Coordination is federal law that requires "federal agencies to resolve policy conflicts with State and local plans, policies, and programs for the purpose of reaching consistency." This means, before any federal activity can proceed, the agency is obligated to meet with local government representatives such as county commissioners, and ensure that whatever activity they are planning must be "consistent" with local land use policies. If not, then the activity must be revised until consistency is reached between policies. Coordination is a "government to government" relationship and these federal laws protect local authority, placing the local government on an equal, not subordinate, position with the federal government. Collaboration, cooperation, consultation, or partnering, words the federal government likes to use to give the appearance of working with local governments, is not Coordination.
Funding for the Hwy 20 road project comes from the Federal Highway Administration (FHWA). Concerns have already been expressed regarding the lack of engagement with the public and county government on the Targhee Pass road project, including the full Hwy 20 transportation corridor. But under federal law, the FHWA, along with the Idaho Transportation Department (ITD), should have engaged Fremont County in coordination at the very beginning of the project.
While terms such as cooperation and consultation are used, federal law also includes explicit information on Coordination such as with the BLM (43 CFR 1610.3-1, 43 CFR 1610.3-2). The Federal Land Policy and Management Act (FLPMA) states in 43 US Code 1712, "...to the extent consistent with the laws governing the administration of the public lands, coordinate the land use inventory, planning, and management activities of or for such lands with the land use planning and management programs of...local governments within which the lands are located...", and "...assist in resolving, to the extent practical, inconsistencies between Federal and non-Federal Government plans, and shall provide for meaningful public involvement of State and local government officials, both elected and appointed, in the development of land use programs, land use regulations, and land use decisions for public lands...".
23 CFR 771.111 - Early Coordination, Public Involvement, and Project Development, applies to the FHWA. In section 771.107, the following three definitions apply to the Targhee Pass project:
(b) Action - A highway or transit project proposed for FHWA...funding.
(c) Administration action - The approval by FHWA...of the applicant's request for Federal funds for construction (In our case ITD applied for and received funding from FHWA).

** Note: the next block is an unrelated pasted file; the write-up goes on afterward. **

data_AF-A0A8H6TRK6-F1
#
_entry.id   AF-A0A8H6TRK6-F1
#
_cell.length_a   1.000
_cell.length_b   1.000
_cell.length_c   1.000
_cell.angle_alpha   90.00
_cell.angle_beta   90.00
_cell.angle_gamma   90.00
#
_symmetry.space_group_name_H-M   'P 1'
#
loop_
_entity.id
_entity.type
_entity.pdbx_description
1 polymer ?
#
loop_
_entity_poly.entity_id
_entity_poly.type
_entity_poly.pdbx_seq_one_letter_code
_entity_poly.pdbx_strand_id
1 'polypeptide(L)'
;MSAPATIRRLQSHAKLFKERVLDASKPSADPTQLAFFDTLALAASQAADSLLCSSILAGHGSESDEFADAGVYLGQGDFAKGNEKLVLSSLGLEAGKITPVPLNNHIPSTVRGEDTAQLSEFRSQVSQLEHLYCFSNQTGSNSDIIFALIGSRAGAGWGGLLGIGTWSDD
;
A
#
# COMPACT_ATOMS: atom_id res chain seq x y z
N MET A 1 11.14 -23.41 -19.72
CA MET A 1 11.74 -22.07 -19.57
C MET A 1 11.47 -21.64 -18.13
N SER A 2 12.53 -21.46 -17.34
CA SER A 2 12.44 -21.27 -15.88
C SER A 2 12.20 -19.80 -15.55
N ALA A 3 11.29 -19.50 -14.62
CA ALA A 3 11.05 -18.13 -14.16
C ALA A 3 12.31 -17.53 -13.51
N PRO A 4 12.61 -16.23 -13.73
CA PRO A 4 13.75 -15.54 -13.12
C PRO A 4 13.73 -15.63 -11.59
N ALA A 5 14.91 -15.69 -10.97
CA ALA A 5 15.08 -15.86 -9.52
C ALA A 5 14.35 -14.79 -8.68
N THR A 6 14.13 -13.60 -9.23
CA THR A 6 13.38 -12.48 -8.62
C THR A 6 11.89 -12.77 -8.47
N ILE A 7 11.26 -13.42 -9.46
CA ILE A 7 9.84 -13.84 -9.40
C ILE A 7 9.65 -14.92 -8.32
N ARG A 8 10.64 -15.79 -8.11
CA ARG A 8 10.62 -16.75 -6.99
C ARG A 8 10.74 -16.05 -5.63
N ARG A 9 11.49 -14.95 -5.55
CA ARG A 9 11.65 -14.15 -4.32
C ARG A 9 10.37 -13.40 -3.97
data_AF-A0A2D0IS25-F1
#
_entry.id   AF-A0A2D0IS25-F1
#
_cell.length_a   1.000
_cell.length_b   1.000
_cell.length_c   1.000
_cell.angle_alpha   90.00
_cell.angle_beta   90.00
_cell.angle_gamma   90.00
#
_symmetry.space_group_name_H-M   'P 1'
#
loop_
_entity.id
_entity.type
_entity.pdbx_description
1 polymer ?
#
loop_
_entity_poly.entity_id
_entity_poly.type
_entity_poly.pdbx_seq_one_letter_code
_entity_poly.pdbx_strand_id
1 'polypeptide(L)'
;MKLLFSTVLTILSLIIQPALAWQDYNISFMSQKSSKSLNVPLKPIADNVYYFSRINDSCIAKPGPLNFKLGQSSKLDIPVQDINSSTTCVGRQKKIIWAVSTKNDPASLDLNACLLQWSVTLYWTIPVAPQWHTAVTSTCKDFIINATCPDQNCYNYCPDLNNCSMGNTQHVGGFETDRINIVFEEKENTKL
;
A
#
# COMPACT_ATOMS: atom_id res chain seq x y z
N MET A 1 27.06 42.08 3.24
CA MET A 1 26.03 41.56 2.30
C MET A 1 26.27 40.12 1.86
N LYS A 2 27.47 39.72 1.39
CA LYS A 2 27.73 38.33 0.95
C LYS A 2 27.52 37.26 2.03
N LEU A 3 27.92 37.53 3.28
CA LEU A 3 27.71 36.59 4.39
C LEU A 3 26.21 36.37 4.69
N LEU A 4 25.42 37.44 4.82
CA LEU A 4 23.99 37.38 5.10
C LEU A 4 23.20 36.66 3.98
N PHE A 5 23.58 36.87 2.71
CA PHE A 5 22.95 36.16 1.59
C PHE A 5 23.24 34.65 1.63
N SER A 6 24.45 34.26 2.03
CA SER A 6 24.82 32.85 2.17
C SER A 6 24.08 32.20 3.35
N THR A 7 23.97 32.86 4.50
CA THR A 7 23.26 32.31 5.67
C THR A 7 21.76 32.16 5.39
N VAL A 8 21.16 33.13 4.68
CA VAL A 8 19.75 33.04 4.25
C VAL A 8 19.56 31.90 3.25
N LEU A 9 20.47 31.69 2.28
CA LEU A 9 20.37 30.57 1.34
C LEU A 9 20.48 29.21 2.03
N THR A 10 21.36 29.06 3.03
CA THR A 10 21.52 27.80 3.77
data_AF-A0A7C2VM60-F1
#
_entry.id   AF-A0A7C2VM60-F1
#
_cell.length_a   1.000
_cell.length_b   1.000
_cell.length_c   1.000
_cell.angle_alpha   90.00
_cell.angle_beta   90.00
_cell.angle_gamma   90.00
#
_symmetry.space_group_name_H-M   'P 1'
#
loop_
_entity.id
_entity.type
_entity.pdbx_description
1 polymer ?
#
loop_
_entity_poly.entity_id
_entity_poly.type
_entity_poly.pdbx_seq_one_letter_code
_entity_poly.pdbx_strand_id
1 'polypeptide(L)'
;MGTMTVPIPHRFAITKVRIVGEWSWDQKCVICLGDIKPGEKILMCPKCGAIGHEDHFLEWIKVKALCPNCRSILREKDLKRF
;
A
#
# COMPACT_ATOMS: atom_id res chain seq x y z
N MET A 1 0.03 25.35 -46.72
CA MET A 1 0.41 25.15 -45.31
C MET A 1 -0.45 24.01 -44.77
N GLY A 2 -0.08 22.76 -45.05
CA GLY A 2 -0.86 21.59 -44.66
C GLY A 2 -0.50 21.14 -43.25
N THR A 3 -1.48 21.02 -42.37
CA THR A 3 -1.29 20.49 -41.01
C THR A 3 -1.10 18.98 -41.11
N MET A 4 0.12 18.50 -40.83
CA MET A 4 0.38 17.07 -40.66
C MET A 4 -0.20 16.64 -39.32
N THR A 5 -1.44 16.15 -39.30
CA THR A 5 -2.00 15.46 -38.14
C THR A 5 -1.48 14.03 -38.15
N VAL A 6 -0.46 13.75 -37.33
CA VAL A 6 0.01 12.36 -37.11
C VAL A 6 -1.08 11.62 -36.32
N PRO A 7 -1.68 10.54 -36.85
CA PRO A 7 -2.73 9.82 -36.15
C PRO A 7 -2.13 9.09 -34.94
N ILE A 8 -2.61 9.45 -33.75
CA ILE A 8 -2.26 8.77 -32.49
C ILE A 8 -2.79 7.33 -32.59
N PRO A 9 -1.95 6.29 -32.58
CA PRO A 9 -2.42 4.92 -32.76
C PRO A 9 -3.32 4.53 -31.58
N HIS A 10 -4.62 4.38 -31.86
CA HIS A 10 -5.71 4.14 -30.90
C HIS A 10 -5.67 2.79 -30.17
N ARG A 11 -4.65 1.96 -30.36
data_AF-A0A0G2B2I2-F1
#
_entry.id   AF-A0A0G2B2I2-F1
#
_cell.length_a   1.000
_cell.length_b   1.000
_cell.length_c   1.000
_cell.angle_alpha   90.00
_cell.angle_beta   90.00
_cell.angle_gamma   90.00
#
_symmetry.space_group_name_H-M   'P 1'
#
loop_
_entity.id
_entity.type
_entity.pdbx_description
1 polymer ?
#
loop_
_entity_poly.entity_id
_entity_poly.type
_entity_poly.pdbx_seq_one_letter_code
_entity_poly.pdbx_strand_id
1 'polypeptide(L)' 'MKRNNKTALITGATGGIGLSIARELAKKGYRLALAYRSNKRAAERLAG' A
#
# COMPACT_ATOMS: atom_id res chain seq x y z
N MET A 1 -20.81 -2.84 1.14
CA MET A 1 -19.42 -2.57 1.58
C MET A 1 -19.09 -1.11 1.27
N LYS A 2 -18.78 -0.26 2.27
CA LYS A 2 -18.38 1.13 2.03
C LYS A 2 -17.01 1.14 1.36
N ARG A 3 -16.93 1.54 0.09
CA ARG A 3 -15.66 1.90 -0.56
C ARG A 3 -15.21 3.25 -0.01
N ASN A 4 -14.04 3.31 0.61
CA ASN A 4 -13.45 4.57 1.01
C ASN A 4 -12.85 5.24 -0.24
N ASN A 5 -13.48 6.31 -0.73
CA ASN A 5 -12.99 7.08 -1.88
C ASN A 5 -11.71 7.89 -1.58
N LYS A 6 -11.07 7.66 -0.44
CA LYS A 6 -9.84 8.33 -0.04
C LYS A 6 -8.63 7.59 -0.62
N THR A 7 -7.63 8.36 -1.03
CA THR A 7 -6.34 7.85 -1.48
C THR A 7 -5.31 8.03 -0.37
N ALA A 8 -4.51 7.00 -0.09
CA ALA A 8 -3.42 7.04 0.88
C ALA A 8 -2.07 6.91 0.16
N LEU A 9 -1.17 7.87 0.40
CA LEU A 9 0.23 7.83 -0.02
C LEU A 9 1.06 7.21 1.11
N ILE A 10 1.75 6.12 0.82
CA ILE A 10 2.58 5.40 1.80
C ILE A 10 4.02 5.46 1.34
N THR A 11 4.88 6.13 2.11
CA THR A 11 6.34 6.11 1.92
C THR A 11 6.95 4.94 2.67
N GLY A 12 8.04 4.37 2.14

(d) Administration - FHWA...is the designated lead agency for the proposed action (FHWA is the designated lead agency).
Aside from very clear requirements for public involvement, it also states under (h)(v)(A) that a state agency should hold a public hearing and explain, "The project's purpose, need, and consistency with the goals and objectives of any local urban planning." This was never done by ITD, nor did FHWA engage with Fremont County Commissioners for coordination on land use policies to ensure consistency of those plans with the Hwy 20 transportation project.
An example of how coordination was used in transportation is the Trans Texas Corridor transportation project, which was a plan to build a transportation network, or "supercorridor", from Mexico, through the U.S., into Canada. While this project exceeds the size of Targhee Pass, was further into the National Environmental Policy Act (NEPA) requirements, and involved significant private property rights, coordination was successfully used to discontinue it.
In the Trans Texas Corridor case NEPA law, 42 USC 4331 (NEPA Section 101) was cited. It partly states, "...it is the continuing responsibility of the Federal Government to use all practicable means, consistent with other essential considerations of national policy, to improve and ‘coordinate’ Federal plans, functions, programs, and resources...". This was not done by the FHWA and five Texas mayors, along with school districts, joined together to "...require the Texas Department of Transportation (TXDOT) to coordinate the project with the Commission." The attorney who worked on this case was Fred Kelly Grant, who recently created the Coordination Institute. The history and an explanation of coordination is on his site.
Mr. Grant recently completed a series of five videos on coordination. Below is Video #1. Video #2, #3, #4, and #5 are each about 15 minutes. These videos give insight into his previous cases and how coordination works.
From the beginning of the studies conducted on the Hwy 20 corridor in Island Park to present, no coordination on the project has occurred between the FHWA and local governments. They too, must start over and ensure this project is consistent with land use policies of Fremont County.
There is some confusion that coordination mandates federal actions must adhere to local government land use policies, that county policies must be integrated into federal actions, or that federal actions must be integrated into county land use policies. That is not what coordination requires. Coordination requires that the federal government "shall" achieve "consistency" between federal actions and local policies.
The Targhee Pass transportation project, in its 5 alternatives, involves land and private property, with the most extensive land changes being proposed by wildlife overpasses. FHWA must come to the table with Fremont County Commissioners on coordination before proceeding any further with the Targhee Pass project.